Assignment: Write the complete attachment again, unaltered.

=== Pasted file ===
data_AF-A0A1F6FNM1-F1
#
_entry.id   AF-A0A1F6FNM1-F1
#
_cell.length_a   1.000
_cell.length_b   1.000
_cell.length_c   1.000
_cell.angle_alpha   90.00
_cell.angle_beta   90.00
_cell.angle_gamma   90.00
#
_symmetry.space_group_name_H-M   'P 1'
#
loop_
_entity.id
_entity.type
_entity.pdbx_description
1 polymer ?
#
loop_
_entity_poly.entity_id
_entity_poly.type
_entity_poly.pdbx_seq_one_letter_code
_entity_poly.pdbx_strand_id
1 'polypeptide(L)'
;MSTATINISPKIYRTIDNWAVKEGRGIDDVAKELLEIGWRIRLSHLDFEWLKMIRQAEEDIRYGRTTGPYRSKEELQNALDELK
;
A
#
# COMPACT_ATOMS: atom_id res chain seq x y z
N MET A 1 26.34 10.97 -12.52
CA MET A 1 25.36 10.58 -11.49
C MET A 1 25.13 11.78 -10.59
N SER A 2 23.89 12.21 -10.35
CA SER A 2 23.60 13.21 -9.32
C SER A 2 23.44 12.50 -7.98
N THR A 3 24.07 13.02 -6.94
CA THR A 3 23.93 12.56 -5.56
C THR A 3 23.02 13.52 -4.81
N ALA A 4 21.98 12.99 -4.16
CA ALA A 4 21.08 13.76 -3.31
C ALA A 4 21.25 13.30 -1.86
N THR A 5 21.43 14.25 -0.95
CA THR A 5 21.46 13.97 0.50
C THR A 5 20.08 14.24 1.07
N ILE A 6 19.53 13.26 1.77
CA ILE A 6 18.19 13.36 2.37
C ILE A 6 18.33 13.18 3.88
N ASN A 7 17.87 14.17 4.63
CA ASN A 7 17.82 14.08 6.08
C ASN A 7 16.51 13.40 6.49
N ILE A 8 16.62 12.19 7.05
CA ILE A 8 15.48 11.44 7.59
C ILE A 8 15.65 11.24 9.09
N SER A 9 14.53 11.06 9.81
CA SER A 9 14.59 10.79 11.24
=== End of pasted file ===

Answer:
data_AF-A0A1F6FNM1-F1
#
_entry.id   AF-A0A1F6FNM1-F1
#
_cell.length_a   1.000
_cell.length_b   1.000
_cell.length_c   1.000
_cell.angle_alpha   90.00
_cell.angle_beta   90.00
_cell.angle_gamma   90.00
#
_symmetry.space_group_name_H-M   'P 1'
#
loop_
_entity.id
_entity.type
_entity.pdbx_description
1 polymer ?
#
loop_
_entity_poly.entity_id
_entity_poly.type
_entity_poly.pdbx_seq_one_letter_code
_entity_poly.pdbx_strand_id
1 'polypeptide(L)'
;MSTATINISPKIYRTIDNWAVKEGRGIDDVAKELLEIGWRIRLSHLDFEWLKMIRQAEEDIRYGRTTGPYRSKEELQNALDELK
;
A
#
# COMPACT_ATOMS: atom_id res chain seq x y z
N MET A 1 26.34 10.97 -12.52
CA MET A 1 25.36 10.58 -11.49
C MET A 1 25.13 11.78 -10.59
N SER A 2 23.89 12.21 -10.35
CA SER A 2 23.60 13.21 -9.32
C SER A 2 23.44 12.50 -7.98
N THR A 3 24.07 13.02 -6.94
CA THR A 3 23.93 12.56 -5.56
C THR A 3 23.02 13.52 -4.81
N ALA A 4 21.98 12.99 -4.16
CA ALA A 4 21.08 13.76 -3.31
C ALA A 4 21.25 13.30 -1.86
N THR A 5 21.43 14.25 -0.95
CA THR A 5 21.46 13.97 0.50
C THR A 5 20.08 14.24 1.07
N ILE A 6 19.53 13.26 1.77
CA ILE A 6 18.19 13.36 2.37
C ILE A 6 18.33 13.18 3.88
N ASN A 7 17.87 14.17 4.63
CA ASN A 7 17.82 14.08 6.08
C ASN A 7 16.51 13.40 6.49
N ILE A 8 16.62 12.19 7.05
CA ILE A 8 15.48 11.44 7.59
C ILE A 8 15.65 11.24 9.09
N SER A 9 14.53 11.06 9.81
CA SER A 9 14.59 10.79 11.24